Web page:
if you wandered by my house, you would never stop to think, hmm, something unusual happens inside that house. not any more than you would think that at anyone else’s house.
but inside my house, once a month or so now that my kitchen is back in business, i bake for God. yes, yes.
not in the way dear benny, grandson of a bagel baker in the charming, makes-you-brush-away-a-tear, children’s book “bagels from benny,” ferries the hot bag of bagels into the synagogue every friday morning, tucks them into the holy ark, the blessed cabinet where the torah scroll is kept. only to find, come every saturday morning, that the bagels are gone. and he is convinced he is feeding bagels to God.
no, i don’t bake for God that way. though i cherish the story, cherish the thought.
in the uncanniest twist for a girl who grew up knowing that only cloistered nuns in faraway places were holy enough to mix the wheat with the water that would be cut into wafers that would rest on our tongues and get stuck to the roofs of our mouths, all in the name of jesus, well, i bake communion.
the same ovens that once a week transform twisty dough into risen sweet challah, once a month turn hot water (4 cups), white flour (2 1/2 cups), wheat flour (4 hard-to-add cups) into squat, flat unleaven loaves.
there is a recipe i follow, and i follow it religiously. turns out i was not doing it according to rules for my first few at-bats, and in a flash that took me back to sister leonardo mary rapping me for my mispronunciation of the word “women” (i couldn’t get that the pronunciation change was on the first syllable instead of the second), i was rapped in an email for my failure to cut the unleaven bread into little brown bits.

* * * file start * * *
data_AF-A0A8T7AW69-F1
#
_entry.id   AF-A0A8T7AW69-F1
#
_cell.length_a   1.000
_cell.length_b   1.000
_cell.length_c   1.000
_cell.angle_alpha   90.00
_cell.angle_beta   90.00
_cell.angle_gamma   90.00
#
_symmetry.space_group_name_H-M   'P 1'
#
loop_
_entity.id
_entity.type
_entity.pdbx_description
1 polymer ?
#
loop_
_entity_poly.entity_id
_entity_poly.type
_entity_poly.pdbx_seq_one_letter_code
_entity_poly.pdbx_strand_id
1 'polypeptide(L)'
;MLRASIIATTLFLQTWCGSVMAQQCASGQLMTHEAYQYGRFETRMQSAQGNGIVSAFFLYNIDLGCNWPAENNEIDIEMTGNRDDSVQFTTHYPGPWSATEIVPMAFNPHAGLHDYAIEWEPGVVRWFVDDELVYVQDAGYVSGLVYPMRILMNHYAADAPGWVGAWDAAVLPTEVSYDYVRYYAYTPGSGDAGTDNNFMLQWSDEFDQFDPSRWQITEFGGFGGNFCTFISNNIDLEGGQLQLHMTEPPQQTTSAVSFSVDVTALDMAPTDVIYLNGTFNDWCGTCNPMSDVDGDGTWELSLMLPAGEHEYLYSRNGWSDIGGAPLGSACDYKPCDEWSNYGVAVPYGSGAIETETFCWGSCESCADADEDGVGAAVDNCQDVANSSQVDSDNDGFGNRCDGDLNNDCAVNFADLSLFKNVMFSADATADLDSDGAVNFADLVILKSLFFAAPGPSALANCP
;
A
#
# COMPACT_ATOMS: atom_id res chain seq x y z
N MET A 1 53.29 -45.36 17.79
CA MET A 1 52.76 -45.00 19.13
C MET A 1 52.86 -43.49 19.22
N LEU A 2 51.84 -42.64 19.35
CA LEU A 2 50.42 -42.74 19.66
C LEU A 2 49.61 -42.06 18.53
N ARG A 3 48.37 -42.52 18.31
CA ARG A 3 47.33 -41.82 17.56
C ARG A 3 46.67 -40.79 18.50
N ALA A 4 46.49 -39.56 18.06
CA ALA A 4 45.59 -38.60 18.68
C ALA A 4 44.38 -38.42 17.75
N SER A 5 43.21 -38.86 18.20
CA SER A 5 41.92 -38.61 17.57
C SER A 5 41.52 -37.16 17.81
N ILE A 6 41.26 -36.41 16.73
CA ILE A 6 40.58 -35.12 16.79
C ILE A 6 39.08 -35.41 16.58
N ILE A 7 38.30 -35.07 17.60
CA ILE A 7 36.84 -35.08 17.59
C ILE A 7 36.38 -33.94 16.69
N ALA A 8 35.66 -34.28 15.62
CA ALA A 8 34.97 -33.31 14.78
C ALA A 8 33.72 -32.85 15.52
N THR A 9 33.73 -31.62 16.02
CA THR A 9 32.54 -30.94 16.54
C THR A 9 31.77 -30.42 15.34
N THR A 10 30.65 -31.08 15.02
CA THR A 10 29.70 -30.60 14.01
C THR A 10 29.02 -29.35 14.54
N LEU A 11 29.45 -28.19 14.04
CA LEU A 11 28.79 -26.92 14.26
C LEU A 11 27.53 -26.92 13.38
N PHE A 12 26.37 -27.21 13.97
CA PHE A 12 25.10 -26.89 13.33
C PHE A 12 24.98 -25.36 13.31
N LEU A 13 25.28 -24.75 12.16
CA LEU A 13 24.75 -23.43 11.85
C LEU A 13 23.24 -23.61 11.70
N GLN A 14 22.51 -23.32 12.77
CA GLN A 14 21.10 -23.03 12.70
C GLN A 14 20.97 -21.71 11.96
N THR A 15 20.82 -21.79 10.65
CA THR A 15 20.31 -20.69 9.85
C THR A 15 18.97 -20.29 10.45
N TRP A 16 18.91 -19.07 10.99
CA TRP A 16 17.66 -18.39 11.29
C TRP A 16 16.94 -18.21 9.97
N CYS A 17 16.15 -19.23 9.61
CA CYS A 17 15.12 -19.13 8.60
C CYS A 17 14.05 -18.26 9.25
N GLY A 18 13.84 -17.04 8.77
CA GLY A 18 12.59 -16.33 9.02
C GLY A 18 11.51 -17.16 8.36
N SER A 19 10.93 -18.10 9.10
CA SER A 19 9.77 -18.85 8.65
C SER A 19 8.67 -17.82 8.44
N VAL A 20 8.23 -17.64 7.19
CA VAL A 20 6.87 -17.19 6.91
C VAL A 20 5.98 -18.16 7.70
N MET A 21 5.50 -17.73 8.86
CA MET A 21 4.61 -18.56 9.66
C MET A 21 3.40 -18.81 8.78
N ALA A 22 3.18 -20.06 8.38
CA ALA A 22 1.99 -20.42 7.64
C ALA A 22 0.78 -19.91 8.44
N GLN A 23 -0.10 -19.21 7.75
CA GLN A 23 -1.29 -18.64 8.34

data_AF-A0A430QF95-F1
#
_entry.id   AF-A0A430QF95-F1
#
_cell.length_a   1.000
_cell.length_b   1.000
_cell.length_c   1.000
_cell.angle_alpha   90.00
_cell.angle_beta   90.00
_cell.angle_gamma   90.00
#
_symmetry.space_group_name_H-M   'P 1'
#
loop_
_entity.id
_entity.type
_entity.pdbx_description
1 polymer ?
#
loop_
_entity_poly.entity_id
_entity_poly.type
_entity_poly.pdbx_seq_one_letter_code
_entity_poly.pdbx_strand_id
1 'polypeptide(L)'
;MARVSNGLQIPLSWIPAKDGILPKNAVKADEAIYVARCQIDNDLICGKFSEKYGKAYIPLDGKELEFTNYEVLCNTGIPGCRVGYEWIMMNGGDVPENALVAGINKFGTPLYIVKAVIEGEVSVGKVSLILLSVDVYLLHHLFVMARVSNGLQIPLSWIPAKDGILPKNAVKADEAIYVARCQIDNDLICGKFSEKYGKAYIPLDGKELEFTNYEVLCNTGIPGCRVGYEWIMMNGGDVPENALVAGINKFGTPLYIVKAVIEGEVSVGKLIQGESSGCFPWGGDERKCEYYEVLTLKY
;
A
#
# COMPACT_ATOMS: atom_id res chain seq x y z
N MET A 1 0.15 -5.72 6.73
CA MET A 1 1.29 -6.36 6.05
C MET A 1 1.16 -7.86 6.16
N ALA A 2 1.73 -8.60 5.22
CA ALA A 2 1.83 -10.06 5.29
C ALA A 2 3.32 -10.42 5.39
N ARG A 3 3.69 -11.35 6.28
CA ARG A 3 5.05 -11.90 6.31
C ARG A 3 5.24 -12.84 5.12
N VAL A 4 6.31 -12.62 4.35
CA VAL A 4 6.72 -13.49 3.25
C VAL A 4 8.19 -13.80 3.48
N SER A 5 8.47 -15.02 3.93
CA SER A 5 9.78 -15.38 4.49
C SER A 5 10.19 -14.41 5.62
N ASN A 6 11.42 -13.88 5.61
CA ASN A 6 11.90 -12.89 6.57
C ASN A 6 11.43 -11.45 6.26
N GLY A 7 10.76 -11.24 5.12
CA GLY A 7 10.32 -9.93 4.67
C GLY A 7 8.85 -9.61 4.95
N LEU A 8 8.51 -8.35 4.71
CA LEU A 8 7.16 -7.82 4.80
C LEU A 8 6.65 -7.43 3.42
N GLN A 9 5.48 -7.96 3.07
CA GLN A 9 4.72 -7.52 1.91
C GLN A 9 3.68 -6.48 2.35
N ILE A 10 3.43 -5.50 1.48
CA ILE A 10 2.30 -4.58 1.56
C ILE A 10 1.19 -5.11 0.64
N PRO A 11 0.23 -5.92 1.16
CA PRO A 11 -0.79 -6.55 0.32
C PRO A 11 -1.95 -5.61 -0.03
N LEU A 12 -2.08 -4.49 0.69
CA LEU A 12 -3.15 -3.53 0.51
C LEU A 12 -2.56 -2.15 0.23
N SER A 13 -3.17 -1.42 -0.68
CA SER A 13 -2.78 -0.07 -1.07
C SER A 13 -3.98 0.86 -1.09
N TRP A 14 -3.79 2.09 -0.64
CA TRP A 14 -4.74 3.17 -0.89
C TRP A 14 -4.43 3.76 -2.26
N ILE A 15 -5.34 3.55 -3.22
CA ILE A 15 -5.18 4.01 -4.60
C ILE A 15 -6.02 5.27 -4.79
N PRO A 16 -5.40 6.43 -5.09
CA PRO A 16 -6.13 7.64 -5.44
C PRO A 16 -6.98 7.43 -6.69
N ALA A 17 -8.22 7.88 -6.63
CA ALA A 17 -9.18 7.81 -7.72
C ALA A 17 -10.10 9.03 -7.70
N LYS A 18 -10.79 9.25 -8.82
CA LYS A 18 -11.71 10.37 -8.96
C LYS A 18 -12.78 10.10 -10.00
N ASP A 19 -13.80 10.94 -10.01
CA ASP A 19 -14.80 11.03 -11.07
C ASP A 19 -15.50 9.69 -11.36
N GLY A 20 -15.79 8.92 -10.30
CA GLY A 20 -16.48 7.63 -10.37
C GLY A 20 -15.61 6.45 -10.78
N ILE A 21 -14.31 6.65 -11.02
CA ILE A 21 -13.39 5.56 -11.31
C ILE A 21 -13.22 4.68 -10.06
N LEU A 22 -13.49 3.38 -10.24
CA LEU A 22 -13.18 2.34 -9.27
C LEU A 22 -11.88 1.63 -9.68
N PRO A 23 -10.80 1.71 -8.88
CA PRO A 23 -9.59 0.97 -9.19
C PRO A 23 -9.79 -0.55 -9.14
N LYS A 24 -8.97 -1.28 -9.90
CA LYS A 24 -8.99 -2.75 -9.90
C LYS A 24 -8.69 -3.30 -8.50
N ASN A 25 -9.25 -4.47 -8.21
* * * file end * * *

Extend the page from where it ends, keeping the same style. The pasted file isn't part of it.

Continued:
i was told they were tossing my loaves. (never mind that that step had been left off the photocopy they’d given to me.)
and i was informed, later on at a workshop (a remedial baking class, disguised as one-day retreat, perhaps?) that the recipe i now follow, one titled “boulder bread recipe” (you only need drop a loaf on your foot to understand the derivation thereof), was the product of many many hours of ecclesiastical to and fro. i was informed that to diverge from the steps was a sure path to, well…at the least your loaves would be, shame of shames, tossed. they would become so much squirrel food.
all kidding aside, there is something so sacred about turning two essentials of life–water and wheat–into loaves whose cut-apart squares will be blessed, will be made into communion.
communion, whatever you believe about it, is the sacrament of taking in life in the form of bread so that in your belly, your soul, you might live life more fully.
i have always found it to be far more than a metaphysical vitamin. i have the sense when i swallow a host that God, more than ever, dwells deep inside me.
so to stand in my kitchen, alone in the silence, to stir the ever-thickening dough, is indeed to be in communion with something far greater than little old me. i think as i stir of all those who will partake. i haven’t a clue who they are, or how this might change them. even if only so far as the trip back to their pew.
but perhaps, just perhaps, the person who swallows the bread that i bake needs sustenance of a form that only can come if you believe that far more than water and wheat is mixed in that bread.
believe me, i pray as i knead. i push hard into that smoothing-out mound. God only knows what else is working its way into the soon-to-rise dough.
for a short spell, then, my kitchen is holy. and the oven at 375 is filling the room, filling my soul, with a heat and a light that lasts long after the loaves they are packed, sealed and delivered.
you wouldn’t know that if you paused by my house. but you do now.
baking for God is a prayer that i pray with my hands and my raggedy red oven mitt. baking for God is my unspoken blessing. baking for God is, well, really quite heavenly.